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Komodo Pop King

Heard of Komodo? An intriguing and relatively unknown holiday destination for some, but did you also know that this magical part of Indonesia inspired the legend of King Kong? It all started in 1957 with a 26-year old Sir David Attenborough (doesn’t it always?). OK, so it actually started millions of years before via a number of volcanic eruptions pushing land from sea. Attenborough simply put the UNESCO-listed Komodo National Park on the map; its ridiculous beauty kept it there.

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Image credit: Arturo de Frias Marques

The story goes like this: As part of the BBC series Zoo Quest, Attenborough was commissioned to sail the world filming and collecting animals for the London Zoo. He took the long journey to the Dutch East Indies (now Indonesia). Awkwardly large cameras on hand, Attenborough and team were the first ever to capture on film the famed Komodo Dragon and introduce their scaly heads to the rest of the world. The budding naturalist left Komodo sans reptile and was quite happy about this given the ferocity of the seemingly lazy lizards.

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Image credit: Mats Stafseng Einarsen

Now, some 50 years later and neatly tucked away from the chaotic crowds of Bali, it is still home to 5,700 lizards, sharing the space with a comparatively mere 4,000 people over three large islands and a smattering of small ones.  Jutting islands sprout from the ocean; large handfuls of volcanic masses sprinkled in a mix of green forest and dry savanna. Tiny villages dot the seaside.  Think King Kong, because this is exactly where the inspiration came from. Grumpy dragons with poisonous saliva roam free among the huts. It’s a rugged paradise.

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But let’s get back to the story of King Kong. In the 1920’s, a filmmaker by the name of Merian Cooper read comrade W. Douglas Burden’s book on his expedition to the region. It was Burden that renamed the lizard a dragon; as ‘dragon’ works much better than ‘lizard’ in terms of adventurer street cred. Burden carried two live dragons back to America where they unfortunately died soon after returning home.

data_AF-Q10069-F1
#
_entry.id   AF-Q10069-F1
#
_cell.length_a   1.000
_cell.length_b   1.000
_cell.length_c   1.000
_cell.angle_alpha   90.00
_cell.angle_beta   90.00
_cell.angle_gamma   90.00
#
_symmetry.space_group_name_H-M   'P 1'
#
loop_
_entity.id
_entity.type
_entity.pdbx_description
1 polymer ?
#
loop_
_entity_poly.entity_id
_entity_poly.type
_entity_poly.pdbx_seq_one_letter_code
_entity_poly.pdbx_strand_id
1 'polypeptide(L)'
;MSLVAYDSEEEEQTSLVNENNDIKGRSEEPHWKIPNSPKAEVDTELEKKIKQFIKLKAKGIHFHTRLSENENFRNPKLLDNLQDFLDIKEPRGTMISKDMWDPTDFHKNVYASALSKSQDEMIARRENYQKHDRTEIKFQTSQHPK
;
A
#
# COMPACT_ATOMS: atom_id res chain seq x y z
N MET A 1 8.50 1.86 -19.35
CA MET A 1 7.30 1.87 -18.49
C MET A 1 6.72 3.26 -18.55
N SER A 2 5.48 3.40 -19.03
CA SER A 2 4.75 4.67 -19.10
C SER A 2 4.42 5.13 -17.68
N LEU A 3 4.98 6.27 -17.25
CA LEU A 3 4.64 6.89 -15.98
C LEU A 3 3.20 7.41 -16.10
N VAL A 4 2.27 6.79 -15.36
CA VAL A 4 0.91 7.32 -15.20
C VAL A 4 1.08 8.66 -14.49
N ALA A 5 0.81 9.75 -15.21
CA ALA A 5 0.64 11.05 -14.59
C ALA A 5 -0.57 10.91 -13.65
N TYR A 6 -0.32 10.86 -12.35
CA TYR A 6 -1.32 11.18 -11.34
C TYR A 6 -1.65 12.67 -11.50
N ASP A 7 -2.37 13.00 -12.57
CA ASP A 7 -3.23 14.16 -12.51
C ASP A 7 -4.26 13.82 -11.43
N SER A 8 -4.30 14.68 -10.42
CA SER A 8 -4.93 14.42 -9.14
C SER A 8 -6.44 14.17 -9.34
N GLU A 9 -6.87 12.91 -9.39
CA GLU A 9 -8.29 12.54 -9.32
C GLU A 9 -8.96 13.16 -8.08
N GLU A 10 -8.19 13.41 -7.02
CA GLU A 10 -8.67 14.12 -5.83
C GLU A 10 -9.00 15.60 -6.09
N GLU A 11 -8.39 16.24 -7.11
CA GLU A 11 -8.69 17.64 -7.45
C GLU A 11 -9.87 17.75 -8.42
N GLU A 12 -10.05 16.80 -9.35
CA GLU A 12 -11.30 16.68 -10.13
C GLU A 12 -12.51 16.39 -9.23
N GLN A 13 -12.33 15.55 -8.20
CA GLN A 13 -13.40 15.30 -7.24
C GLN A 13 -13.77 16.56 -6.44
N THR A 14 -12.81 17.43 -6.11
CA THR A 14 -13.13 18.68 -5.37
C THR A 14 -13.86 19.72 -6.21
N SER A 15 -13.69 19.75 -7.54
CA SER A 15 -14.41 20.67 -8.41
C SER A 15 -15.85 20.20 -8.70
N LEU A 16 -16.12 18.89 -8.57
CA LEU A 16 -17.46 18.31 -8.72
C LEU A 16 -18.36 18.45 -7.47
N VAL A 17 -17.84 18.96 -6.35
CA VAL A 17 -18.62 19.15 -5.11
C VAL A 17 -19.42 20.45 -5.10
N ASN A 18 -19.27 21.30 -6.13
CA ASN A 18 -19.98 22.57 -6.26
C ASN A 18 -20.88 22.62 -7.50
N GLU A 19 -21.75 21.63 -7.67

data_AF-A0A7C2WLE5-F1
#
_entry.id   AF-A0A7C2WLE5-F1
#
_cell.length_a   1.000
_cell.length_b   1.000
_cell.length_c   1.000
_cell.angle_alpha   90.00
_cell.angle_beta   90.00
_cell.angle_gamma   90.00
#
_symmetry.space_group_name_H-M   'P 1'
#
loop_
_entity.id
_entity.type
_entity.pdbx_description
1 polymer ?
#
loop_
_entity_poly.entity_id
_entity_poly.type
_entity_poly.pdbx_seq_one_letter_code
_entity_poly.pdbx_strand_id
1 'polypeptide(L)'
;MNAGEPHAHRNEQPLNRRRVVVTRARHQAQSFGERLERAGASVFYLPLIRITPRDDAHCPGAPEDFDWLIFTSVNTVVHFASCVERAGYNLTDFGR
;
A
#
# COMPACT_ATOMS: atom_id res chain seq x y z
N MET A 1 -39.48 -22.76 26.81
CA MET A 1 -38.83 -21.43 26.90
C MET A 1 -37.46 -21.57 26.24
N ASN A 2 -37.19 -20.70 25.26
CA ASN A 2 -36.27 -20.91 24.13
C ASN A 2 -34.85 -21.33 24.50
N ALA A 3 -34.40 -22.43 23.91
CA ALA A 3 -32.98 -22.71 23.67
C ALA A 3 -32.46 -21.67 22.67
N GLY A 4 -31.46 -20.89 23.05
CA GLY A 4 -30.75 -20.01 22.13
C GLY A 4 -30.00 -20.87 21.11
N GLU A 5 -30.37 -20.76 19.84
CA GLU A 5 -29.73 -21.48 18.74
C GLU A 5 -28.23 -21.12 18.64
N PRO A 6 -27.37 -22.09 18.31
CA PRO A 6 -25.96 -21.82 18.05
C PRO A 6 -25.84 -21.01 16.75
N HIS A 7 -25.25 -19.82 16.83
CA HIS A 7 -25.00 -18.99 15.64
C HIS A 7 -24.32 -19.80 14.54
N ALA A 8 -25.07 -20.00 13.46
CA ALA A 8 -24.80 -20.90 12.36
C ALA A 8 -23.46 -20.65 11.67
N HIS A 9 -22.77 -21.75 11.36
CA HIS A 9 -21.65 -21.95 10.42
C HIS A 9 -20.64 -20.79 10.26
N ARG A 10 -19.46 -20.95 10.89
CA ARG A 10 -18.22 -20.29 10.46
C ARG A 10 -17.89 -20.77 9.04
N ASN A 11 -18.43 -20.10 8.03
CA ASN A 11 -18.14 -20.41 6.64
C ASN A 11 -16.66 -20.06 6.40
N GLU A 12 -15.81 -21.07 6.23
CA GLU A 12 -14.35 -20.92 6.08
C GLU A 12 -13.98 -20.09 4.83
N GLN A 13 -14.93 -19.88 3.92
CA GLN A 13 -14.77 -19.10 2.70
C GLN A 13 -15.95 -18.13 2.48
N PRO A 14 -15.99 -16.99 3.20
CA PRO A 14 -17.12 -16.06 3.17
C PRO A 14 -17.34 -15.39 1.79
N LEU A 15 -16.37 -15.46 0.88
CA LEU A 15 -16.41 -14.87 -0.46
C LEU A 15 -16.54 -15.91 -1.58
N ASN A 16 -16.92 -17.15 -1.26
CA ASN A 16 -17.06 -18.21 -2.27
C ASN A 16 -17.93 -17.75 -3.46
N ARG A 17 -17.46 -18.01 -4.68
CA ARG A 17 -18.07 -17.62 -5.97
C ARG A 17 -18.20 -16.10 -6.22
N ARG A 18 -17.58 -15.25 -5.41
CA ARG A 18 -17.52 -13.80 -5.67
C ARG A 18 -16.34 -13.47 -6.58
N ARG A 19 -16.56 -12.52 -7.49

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Illustration by Todd Tennant

Meanwhile, Cooper also became obsessed with gorillas. So he started playing around with the film idea of a gorilla embroiled in battle with a komodo dragon. Nifty, right? His 1920’s technological limitations, while at that time cutting edge, saw him splice together footage of both gorilla and lizard in fits of rage, perhaps the inspiration for the ever-terrible 2005 B-grade film Komodo vs Cobra. But this wasn’t working so well so he ditched the lizard in favour of a giant gorilla, and used the same plot as Burden’s expedition to Komodo. And finally, instead of the ape dying unspectacularly in a zoo somewhere (akin to the dragon’s demise in captivity), he made it go on a destructive rampage through New York City. He even threw a love story in for good measure. And presto, King Kong was born!

So Komodo teaches us that beauty in nature always wins. And nature’s link with pop culture means she breeds some pretty mean film and documentary ideas. Come and see for yourself.

If you want to travel to Komodo, a short one and a half hour flight from the island of Bali will take you there. http://www.komodo.travel

Alex Brown is a writer. Based in Perth, Australia. 

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